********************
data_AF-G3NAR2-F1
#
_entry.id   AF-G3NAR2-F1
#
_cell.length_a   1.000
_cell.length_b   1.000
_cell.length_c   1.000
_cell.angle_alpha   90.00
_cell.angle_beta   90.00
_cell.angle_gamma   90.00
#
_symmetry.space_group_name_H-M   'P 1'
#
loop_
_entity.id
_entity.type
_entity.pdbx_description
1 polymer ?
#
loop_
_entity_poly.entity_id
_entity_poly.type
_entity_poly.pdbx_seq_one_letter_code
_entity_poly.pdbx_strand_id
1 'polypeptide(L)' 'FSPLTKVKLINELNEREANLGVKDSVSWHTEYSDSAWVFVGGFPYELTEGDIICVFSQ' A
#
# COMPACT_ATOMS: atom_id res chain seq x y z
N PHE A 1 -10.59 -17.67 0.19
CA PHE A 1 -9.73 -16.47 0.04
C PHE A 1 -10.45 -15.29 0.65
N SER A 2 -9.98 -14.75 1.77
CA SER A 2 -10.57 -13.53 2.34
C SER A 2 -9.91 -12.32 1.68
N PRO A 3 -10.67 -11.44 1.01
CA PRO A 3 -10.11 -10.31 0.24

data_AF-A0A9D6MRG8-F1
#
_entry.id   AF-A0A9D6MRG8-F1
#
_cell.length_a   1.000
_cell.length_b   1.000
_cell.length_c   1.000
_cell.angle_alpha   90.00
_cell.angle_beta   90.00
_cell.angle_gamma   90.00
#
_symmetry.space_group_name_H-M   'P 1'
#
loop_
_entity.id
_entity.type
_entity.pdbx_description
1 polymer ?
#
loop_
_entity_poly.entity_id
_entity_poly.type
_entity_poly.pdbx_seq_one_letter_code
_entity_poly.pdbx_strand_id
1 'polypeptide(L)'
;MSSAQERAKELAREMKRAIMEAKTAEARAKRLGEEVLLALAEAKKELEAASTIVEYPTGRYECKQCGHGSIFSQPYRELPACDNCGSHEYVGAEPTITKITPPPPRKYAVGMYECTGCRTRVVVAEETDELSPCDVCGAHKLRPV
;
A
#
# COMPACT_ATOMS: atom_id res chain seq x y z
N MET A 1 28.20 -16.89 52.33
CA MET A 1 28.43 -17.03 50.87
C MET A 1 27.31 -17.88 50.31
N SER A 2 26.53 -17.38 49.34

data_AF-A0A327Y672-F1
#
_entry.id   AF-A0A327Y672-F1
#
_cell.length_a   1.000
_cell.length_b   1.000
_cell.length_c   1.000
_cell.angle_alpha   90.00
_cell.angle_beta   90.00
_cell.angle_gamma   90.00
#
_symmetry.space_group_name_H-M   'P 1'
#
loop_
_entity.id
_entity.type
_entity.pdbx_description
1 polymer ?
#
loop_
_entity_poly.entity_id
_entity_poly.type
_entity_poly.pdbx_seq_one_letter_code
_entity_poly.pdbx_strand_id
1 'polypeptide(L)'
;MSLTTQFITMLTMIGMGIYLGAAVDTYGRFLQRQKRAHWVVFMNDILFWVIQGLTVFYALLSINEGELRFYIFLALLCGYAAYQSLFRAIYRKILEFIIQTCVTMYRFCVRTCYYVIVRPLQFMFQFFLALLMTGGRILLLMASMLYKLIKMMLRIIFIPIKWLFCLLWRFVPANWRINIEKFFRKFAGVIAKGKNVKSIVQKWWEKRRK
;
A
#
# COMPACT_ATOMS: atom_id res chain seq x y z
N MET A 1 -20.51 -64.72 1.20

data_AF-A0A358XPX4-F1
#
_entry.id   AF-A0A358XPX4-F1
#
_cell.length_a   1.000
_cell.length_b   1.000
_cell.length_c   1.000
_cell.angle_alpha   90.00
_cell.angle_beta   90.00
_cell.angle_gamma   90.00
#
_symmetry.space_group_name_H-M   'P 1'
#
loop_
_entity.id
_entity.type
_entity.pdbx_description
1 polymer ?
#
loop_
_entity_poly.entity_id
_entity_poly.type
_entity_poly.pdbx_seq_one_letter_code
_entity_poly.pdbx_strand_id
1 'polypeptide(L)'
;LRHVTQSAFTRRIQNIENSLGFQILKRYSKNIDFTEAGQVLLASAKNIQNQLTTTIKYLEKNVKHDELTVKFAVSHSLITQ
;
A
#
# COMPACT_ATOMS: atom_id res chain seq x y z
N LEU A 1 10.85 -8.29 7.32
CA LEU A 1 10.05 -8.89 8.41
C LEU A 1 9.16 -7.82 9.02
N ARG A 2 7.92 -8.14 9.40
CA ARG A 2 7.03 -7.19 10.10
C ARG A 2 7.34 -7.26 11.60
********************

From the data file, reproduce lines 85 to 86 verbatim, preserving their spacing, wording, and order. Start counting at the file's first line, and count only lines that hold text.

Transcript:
_entity.type
_entity.pdbx_description